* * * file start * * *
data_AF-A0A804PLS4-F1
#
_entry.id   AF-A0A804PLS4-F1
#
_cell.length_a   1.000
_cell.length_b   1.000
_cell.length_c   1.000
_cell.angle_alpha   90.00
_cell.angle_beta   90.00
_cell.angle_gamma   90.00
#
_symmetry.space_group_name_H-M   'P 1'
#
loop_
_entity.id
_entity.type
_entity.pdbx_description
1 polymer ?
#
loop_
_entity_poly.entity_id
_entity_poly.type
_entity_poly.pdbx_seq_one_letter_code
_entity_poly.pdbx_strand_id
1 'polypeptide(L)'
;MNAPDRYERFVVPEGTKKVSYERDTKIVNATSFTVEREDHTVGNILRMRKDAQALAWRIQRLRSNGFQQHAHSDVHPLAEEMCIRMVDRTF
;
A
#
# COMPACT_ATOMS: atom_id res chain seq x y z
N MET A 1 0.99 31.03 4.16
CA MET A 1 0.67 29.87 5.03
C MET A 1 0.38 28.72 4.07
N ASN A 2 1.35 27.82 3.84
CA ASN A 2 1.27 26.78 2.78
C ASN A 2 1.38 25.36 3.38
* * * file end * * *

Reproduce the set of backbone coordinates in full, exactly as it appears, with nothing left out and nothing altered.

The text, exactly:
data_AF-A0A804PLS4-F1
#
_entry.id   AF-A0A804PLS4-F1
#
_cell.length_a   1.000
_cell.length_b   1.000
_cell.length_c   1.000
_cell.angle_alpha   90.00
_cell.angle_beta   90.00
_cell.angle_gamma   90.00
#
_symmetry.space_group_name_H-M   'P 1'
#
loop_
_entity.id
_entity.type
_entity.pdbx_description
1 polymer ?
#
loop_
_entity_poly.entity_id
_entity_poly.type
_entity_poly.pdbx_seq_one_letter_code
_entity_poly.pdbx_strand_id
1 'polypeptide(L)'
;MNAPDRYERFVVPEGTKKVSYERDTKIVNATSFTVEREDHTVGNILRMRKDAQALAWRIQRLRSNGFQQHAHSDVHPLAEEMCIRMVDRTF
;
A
#
# COMPACT_ATOMS: atom_id res chain seq x y z
N MET A 1 0.99 31.03 4.16
CA MET A 1 0.67 29.87 5.03
C MET A 1 0.38 28.72 4.07
N ASN A 2 1.35 27.82 3.84
CA ASN A 2 1.27 26.78 2.78
C ASN A 2 1.38 25.36 3.38